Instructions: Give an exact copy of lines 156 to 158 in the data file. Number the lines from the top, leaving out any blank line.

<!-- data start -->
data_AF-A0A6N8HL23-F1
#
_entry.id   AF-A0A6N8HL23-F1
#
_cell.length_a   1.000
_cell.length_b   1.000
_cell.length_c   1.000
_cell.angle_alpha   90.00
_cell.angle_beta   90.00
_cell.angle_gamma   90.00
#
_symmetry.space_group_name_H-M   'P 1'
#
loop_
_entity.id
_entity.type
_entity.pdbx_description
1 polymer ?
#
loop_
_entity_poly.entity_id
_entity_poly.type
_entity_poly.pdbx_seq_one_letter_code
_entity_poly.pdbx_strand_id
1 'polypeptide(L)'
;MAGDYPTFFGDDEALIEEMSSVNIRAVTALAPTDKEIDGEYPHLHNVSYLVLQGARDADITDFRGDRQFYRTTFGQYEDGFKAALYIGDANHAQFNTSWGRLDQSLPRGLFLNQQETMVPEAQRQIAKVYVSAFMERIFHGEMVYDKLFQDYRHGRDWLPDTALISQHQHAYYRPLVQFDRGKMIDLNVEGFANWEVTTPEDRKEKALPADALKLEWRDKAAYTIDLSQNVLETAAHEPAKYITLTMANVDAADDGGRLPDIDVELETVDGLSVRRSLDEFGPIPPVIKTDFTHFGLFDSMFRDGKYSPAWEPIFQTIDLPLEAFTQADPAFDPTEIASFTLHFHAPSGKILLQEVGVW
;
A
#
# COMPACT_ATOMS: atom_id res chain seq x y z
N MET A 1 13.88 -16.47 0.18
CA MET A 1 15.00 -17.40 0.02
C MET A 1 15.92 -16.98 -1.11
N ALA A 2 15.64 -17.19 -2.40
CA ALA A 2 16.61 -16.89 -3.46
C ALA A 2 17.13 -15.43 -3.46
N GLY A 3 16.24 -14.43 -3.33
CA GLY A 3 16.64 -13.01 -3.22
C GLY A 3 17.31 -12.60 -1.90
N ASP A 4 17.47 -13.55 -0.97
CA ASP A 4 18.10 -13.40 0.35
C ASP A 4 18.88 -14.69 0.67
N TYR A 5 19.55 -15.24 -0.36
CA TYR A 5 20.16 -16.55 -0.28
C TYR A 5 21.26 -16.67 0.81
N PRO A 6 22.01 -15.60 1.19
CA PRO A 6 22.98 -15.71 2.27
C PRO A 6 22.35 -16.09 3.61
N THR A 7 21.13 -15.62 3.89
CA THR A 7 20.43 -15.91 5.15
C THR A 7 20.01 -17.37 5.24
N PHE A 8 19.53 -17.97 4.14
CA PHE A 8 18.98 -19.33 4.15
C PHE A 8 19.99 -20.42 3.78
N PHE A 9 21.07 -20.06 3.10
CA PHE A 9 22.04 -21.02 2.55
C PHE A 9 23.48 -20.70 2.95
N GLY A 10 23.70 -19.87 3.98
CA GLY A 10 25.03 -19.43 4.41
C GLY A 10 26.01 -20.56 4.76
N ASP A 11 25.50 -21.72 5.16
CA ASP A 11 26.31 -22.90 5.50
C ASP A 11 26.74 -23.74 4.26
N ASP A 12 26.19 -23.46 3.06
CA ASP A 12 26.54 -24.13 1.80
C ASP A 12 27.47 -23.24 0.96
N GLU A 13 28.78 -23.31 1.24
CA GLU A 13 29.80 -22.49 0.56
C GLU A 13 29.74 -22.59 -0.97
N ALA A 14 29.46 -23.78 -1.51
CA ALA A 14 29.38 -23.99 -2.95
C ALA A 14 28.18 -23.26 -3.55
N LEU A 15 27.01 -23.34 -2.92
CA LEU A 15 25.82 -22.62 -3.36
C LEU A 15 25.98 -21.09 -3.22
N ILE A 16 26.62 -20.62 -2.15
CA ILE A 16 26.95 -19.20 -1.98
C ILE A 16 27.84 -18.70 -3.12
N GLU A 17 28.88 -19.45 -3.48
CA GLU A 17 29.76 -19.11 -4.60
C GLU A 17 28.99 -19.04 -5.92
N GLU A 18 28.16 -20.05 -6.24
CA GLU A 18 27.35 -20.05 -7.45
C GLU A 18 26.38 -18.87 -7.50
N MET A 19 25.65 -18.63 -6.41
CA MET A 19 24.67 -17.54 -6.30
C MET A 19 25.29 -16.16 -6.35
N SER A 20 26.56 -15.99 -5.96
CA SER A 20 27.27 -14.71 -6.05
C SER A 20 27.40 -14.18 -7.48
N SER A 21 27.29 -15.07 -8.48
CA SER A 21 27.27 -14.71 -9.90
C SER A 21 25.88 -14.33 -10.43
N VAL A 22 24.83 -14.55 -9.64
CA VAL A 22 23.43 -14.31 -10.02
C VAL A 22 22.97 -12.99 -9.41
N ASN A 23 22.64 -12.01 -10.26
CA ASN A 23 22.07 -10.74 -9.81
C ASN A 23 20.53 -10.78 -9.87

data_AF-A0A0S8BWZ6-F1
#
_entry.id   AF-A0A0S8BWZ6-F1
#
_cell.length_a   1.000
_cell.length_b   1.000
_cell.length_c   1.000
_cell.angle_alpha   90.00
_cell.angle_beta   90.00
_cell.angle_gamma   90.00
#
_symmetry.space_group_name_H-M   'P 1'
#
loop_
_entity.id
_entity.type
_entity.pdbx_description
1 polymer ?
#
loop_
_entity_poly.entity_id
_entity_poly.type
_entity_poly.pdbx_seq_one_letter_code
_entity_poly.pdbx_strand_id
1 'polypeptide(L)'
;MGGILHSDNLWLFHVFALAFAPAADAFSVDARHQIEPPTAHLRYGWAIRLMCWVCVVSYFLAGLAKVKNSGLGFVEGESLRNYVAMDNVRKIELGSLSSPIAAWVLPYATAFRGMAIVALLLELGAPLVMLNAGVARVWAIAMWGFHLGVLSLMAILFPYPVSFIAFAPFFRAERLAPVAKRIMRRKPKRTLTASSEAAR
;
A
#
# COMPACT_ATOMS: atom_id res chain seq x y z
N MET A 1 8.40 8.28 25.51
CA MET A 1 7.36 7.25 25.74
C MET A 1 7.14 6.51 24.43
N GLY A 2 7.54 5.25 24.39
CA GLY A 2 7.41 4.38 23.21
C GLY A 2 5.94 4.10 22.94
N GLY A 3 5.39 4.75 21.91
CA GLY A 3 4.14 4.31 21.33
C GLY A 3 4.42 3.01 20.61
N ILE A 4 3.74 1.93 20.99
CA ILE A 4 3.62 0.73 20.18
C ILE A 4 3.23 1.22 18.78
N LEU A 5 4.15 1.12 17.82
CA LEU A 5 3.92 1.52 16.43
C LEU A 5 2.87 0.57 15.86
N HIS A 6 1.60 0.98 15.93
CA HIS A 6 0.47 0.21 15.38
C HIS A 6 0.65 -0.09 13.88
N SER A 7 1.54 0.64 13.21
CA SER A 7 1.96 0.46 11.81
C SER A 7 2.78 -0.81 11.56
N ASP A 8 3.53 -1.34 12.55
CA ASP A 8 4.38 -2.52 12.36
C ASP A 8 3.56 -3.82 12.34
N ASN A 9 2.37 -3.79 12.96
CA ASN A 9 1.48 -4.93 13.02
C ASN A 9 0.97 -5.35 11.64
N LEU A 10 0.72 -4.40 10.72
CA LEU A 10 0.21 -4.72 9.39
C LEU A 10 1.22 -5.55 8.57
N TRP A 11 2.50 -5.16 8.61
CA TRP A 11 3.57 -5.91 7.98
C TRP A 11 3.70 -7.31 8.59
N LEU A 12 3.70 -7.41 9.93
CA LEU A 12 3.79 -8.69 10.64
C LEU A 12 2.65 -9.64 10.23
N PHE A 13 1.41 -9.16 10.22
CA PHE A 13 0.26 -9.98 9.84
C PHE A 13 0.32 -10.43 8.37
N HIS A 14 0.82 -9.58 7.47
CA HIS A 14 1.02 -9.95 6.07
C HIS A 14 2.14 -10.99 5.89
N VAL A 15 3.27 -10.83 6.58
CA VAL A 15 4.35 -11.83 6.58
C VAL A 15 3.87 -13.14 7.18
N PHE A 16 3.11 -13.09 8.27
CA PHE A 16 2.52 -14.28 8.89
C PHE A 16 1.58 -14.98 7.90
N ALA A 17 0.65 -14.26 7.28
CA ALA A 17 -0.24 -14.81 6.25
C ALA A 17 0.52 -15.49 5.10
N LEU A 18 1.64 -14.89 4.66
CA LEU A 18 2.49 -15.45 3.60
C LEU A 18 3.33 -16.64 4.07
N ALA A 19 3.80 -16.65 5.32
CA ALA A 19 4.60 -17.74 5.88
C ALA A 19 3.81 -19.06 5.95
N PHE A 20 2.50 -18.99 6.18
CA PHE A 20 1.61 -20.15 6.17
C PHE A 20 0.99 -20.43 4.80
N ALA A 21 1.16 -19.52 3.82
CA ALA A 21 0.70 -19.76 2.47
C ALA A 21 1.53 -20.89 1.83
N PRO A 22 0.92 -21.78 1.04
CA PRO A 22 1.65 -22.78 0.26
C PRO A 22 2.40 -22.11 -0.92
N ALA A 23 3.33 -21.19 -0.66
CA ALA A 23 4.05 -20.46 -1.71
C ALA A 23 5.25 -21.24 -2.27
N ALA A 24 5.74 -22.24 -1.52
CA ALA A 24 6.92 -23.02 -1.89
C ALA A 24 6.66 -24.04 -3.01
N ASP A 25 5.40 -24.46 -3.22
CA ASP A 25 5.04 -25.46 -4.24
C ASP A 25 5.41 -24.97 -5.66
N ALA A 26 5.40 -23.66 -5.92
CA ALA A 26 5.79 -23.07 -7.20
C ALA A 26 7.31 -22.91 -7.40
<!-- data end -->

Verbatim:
C ASN A 9 0.97 -5.35 11.64
N LEU A 10 0.72 -4.40 10.72
CA LEU A 10 0.21 -4.72 9.39